With chef Tim Labonte heading up the Westin Portland Harborview Hotel’s main dining room, great food is on the menu in spades.
Portland doesn’t fawn over big-city foodie fashionistas (those people who might otherwise tumble into New York or LA restaurants like locusts breaking through a Prada shopping bag). What brings us out is great food, of which there’s plenty here. On Friday nights loyalists flock to Lolita, Central Provisions, Tiqa, Ebb and Flow, Fore Street, Back Bay Grill, Five Fifty-Five, Petite Jacqueline, Miyake, Empire, Sur Lie – the current stars of our dining galaxy. So it’s all the more significant when you rediscover a less illustrious local restaurant making its mark anew. And that is what I found at Congress Squared. Here is the proverbial forum for hotel – modern dining housed in the corporate predictability of the Westin Portland Harbor View Hotel. In many larger cities, hotel dining rooms are often the hotspots. That hasn’t happened here yet, though this will change when places like the Press Hotel and the Danforth Inn open their restaurants with five-star chefs holding court in uber stylish dining rooms.
My last visit to C2 occurred nearly a year ago when I was the dining critic at the Portland Press Herald. In my March 30, 2014 review, I wrote, “. . . This lustrously outfitted dining venue could become a pivotal member of Portland’s restaurant hierarchy.” The food was good, though not ground breaking; still I gave it four stars for effort under then-chef Michael Bates-Walsh and his sous chef Michelle Stone. Bates-Walsh has since left, Stone has remained and veteran executive chef Tim Labonte, formerly of Eve’s at the Garden at the Portland Harbor Hotel, has taken over the kitchen. At his old post I wasn’t impressed. But apparently geography has made a big difference. Labonte is in his zone.
What tipped me off about the goings on at C2 was a friend’s comment about her recent lunch at the Westin’s restaurant where, she said, the hamburger was incredible. Such praise is not enough to set a restaurant up for stardom, but I went with a few friends to investigate dinner.
We arrived at 6:30 p.m. and realized that we still qualified to take advantage of the half-off priced happy hour menu (4 to 7 p.m.) of food and drink. That meant cocktails- such as the $14 Shotgun Manhattan or $13 Old Fashioned – were half off. We didn’t order any of these but stayed with premium vodkas on the rocks at cut-rate pricing.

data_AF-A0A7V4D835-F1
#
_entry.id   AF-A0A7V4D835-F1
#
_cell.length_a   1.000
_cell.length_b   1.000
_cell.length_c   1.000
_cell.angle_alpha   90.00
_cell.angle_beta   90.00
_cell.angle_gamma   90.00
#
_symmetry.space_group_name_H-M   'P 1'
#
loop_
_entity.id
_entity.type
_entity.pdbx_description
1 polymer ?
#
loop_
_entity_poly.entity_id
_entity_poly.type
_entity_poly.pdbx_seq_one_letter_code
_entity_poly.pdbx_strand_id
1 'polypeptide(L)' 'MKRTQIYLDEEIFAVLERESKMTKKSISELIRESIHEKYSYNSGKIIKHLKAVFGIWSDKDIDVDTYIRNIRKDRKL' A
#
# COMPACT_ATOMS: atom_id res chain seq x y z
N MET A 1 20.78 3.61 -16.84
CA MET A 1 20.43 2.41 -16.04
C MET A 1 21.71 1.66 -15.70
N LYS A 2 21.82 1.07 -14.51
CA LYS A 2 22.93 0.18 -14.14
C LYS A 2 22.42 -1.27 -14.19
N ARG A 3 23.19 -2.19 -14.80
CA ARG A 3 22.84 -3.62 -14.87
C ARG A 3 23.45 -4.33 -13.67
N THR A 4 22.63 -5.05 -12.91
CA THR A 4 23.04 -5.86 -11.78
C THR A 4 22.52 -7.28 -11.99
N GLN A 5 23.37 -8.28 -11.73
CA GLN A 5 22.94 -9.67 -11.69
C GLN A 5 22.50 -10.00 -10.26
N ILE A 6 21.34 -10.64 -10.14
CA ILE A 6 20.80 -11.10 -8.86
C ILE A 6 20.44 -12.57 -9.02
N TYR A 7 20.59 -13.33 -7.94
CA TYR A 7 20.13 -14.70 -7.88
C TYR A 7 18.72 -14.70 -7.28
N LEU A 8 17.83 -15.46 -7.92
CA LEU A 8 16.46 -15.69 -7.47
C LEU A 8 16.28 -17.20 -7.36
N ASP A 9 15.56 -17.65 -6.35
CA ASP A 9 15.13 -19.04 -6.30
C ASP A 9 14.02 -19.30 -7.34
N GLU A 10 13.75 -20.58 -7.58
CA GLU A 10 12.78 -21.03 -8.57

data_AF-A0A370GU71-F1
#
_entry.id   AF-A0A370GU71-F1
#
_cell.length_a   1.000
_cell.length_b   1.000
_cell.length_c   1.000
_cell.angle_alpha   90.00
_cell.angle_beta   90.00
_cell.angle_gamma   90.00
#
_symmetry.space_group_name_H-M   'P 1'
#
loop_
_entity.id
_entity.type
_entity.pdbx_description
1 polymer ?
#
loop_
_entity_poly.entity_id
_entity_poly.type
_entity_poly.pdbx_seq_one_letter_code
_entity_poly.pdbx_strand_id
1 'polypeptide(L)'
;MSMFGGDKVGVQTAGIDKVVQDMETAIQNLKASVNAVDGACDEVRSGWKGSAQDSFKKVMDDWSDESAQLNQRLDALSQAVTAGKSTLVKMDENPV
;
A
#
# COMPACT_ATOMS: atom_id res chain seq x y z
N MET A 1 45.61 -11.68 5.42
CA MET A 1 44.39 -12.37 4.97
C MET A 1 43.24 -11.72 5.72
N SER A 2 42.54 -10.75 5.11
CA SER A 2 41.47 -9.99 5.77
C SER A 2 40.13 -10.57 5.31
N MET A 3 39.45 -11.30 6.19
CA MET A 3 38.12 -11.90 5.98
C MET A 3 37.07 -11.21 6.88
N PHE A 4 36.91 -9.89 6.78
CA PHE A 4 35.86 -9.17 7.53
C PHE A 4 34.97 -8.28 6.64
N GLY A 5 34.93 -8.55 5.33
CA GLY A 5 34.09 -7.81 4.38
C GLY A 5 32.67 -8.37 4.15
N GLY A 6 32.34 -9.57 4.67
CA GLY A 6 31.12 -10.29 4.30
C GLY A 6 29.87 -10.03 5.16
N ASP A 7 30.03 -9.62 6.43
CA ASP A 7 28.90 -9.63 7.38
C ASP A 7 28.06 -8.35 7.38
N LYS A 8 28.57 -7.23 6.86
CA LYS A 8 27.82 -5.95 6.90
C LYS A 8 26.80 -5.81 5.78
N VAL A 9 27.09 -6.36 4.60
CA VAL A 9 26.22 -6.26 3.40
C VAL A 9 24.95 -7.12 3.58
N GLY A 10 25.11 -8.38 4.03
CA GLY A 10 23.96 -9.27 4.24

One member of our group who joins me frequently always orders clam chowder. It had just the right creaminess, not overwhelmed with bacon or herbs and chock-full of meaty clams. It passed his chowder test easily.
Steamed Maine mussels with fries was another easy dish for three to share, especially half off at $8. These were infused in a delicious smoked tomato broth, mingling with chorizo and served with grilled bread and sea salt herbed fries. About those fries: These are not to be missed. They’re big hand-cut specimens of Maine potatoes cut into thick spears- creamy within, crisp on the outside and generously seasoned with sea salt and herbs. The whole dish could be a great light supper on its own.
The grilled flatbread ($12/$6) was a huge serving of twin crispy flatbreads holding chunks of luscious apple wedges under a scrim of sage hazelnut pesto, caramelized onions and smoked Cheddar. The whole preparation was luminous with a creamy translucence ingeniously devised.
So far this was a lot of food, but we sprung for an entrée off the regular dinner menu. Here were tournedos of pan-seared pork tenderloin, indelibly butter soft, set in a local kabocha squash puree and accompanied by glazed Brussels sprouts that were nearly tropical in their sweetness. Everything we had was so satisfyingly good.
For dessert we shared a slice of cheesecake. It’s not on the regular menu but had been a special leftover from Valentine’s Day. It had a distinctive texture, made with cream cheese and melted white chocolate, which added a fine richness to the cake.
I returned the next day for lunch to see if the hamburger lived up to its top billing. A hearty half-pound wedge of sirloin was topped with a smoky bacon jam, pickled crispy fried onions, a thin veil of Cheddar and served on a delicious house-made brioche bun that held up well to the formidable burger. Since we love to rate burgers as good, better and best, this one ranked extremely high. The burger had the requisite outer char from perfect grilling and was beautifully seasoned with salt and pepper. It was well worth the $14 price tag. Especially so because with it were those fabulous house fries, homemade pickles and a condiment tray of homemade ketchup, mustard and mayonnaise.
The dining room alit with big modern canvases is inviting and extremely comfortable.At the noon hour, the room sparkles with daylight coming in through the big picture windows setting off the white Corian topped bar and stylish leather faced chairs. At night the soft lighting picks up on the coffee-cream beige leather banquettes and is truly one of the more stylish dining rooms in the city.
Service is excellent and prices at dinner huddle around the $25 range for entrees. With restaurant week starting next month, this is prime time to reacquaint yourself with Congress Squared’s new chef and its impressive menu of contemporary American fare. All of which makes C2 eminently qualified as a pivotal member of Portland’s Arts District dining.
157 High Street, Portland | www.congresssquared.com | 207-517-8831